Bobotie: Cape Malay comfort food

Bobotie is a well-known South African dish consisting of spiced minced meat baked with an egg-based topping. It is one of the major foods in Cape Town, but is eaten all over the country.


Bobotie was originally an Indonesian dish consisting of meat with a custard topping that was cooked in a pan of water until the egg mixture set. Colonists introduced bobotie to South Africa and the first recipe appeared in a Dutch cookbook in the early 17th century. The dish is now a traditional “Cape Malay” comfort food, along with other favourites such as the bunny chow (which was incidentally brought over from India) and braai.


On the streets of South Africa, bobotie is likely to be made with beef or lamb, although pork lends the dish extra moisture. Traditionally, bobotie incorporates dried fruit like raisins or sultanas and is often garnished with walnuts, chutney, and bananas. Although not particularly spicy, the dish incorporates a variety of flavours and ingredients that can add complexity. For example, it has the baked egg mixture topping complementing the milk-soaked bread, which in turn adds moisture to the dish.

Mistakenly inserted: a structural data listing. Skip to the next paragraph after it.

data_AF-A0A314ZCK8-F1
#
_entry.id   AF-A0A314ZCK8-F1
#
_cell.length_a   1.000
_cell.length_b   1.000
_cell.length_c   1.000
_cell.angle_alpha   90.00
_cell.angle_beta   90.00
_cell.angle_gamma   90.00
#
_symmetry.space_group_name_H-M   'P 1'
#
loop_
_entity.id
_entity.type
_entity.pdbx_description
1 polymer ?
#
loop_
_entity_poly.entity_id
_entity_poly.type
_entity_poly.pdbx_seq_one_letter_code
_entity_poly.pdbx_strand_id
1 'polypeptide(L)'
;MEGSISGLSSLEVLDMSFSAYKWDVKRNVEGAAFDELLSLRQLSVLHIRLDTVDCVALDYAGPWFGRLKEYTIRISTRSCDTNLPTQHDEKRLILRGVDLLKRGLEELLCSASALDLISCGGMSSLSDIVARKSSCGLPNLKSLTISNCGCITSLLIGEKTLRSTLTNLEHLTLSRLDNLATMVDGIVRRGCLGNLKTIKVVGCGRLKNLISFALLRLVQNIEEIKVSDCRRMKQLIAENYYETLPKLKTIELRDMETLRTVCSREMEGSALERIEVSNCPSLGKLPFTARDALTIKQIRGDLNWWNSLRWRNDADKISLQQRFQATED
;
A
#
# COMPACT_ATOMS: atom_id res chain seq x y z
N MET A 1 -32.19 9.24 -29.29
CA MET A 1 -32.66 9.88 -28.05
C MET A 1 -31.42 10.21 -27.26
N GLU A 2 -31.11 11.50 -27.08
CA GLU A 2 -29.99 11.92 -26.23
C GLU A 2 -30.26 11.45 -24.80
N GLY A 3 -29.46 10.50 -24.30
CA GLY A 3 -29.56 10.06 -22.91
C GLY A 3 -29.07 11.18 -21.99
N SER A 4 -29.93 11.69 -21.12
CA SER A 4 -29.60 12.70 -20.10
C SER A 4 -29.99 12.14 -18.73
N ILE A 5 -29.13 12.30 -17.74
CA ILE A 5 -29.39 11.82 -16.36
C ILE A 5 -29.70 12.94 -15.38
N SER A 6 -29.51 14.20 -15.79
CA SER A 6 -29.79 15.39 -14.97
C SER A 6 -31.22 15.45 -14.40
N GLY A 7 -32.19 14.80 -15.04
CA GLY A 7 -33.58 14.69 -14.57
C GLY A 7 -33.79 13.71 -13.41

I only ever got to try bobotie once, but the taste has stayed with me ever since. It is not a dish that is readily available in most other parts of the world, so a trip to South Africa is the best chance you will get to sample this local favourite. While it can be found in all parts of the country, I found some delicious bobotie in Long Street, Cape Town, which is known as one of the major backpacker hangouts in the city, and as well as enjoying the taste, it was good to learn about the influence of South East Asia in today’s South African cuisine!

One thought on “Bobotie: Cape Malay comfort food

  1. interesting. looks more like british shepard’s pie to me. so it’s originally an indonesian dish? i have never seen it here where i live. must be a rare thing. but we certainly do have a dutch influence in many things.


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